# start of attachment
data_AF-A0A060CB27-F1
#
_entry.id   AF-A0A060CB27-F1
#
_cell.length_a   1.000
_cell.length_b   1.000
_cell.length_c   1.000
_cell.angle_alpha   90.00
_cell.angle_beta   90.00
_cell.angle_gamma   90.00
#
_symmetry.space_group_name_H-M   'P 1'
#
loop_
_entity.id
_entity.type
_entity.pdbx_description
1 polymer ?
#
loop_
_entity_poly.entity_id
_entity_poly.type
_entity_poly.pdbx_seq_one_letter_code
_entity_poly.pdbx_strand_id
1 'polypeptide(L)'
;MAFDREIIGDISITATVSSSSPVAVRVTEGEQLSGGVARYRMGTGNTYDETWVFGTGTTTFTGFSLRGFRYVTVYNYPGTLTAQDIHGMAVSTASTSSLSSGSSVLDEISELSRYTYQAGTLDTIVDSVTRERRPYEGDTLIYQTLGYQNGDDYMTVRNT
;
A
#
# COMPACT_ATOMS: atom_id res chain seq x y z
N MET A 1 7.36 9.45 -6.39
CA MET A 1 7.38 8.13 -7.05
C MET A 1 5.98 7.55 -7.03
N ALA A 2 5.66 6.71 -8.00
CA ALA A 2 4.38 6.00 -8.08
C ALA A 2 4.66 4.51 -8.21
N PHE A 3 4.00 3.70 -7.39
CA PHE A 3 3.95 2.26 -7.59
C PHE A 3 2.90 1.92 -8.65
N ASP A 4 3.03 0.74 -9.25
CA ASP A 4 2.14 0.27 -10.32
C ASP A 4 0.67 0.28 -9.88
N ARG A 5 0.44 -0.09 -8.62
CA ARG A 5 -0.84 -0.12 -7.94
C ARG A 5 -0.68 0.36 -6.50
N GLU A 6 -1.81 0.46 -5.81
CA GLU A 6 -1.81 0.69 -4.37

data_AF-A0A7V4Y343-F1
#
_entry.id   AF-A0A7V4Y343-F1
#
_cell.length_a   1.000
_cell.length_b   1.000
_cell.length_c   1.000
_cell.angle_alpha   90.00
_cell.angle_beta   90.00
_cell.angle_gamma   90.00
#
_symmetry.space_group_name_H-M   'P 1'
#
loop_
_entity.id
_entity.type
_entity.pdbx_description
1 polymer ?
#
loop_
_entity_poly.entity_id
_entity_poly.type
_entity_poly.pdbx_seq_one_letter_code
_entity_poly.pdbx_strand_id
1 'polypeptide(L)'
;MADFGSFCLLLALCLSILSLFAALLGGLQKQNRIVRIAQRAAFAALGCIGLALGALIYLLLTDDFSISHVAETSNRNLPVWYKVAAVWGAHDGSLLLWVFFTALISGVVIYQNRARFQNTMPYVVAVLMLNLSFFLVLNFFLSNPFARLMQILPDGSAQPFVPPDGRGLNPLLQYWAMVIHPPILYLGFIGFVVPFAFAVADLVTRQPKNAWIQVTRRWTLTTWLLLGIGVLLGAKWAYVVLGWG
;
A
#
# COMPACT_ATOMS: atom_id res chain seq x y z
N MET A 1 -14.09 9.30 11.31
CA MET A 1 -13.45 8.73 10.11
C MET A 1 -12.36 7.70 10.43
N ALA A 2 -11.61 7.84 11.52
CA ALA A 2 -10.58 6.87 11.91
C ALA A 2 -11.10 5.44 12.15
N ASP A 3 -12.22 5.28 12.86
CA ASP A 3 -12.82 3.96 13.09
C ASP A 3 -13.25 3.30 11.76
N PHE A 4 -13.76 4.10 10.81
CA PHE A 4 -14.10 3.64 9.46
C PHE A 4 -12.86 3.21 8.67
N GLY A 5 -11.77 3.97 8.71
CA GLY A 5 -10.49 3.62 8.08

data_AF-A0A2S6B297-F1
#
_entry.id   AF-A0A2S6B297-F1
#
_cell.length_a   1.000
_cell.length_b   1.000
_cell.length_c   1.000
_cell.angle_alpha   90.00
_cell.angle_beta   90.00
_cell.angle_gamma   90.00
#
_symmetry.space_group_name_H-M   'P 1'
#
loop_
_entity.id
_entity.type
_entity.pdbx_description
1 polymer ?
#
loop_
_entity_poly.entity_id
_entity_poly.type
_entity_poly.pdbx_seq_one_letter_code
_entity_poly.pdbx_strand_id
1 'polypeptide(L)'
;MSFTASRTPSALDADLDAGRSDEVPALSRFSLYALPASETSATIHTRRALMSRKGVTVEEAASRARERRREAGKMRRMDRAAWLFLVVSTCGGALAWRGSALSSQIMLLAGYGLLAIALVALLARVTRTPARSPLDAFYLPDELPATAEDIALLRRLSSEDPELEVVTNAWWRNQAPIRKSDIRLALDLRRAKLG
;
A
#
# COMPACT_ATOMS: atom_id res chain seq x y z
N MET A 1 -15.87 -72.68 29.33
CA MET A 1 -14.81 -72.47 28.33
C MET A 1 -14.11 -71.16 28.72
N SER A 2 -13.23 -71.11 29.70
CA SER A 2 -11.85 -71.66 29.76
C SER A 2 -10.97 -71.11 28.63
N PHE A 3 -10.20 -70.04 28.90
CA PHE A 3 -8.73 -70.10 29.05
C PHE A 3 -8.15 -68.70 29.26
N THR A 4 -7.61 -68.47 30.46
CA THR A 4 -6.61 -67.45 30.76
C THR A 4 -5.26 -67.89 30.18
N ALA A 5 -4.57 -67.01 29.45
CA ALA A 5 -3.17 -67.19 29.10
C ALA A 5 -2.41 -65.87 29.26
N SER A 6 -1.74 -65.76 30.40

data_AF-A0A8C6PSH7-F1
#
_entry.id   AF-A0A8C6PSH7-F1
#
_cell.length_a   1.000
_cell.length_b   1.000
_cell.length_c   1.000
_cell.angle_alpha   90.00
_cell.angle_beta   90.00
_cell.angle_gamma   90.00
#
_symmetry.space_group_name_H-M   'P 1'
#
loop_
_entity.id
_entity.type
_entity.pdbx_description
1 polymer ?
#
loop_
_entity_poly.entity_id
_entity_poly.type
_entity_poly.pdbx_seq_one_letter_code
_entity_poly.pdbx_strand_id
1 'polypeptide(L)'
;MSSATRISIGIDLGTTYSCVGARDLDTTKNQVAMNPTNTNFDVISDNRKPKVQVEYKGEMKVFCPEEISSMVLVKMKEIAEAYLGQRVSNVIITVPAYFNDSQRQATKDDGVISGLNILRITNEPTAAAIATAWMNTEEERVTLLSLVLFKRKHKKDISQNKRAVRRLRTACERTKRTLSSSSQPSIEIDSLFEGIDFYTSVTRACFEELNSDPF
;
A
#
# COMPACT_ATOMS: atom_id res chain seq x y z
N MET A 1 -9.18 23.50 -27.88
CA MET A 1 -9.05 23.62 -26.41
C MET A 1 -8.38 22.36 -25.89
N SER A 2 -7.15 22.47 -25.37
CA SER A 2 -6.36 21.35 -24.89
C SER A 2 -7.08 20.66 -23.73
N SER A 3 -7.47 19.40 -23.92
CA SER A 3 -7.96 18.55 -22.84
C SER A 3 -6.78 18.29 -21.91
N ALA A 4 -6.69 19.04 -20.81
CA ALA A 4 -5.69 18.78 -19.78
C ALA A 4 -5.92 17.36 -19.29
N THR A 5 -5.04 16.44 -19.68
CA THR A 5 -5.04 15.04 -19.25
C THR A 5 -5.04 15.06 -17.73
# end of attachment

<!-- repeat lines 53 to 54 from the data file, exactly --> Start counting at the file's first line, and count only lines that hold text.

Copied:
_cell.length_b   1.000
_cell.length_c   1.000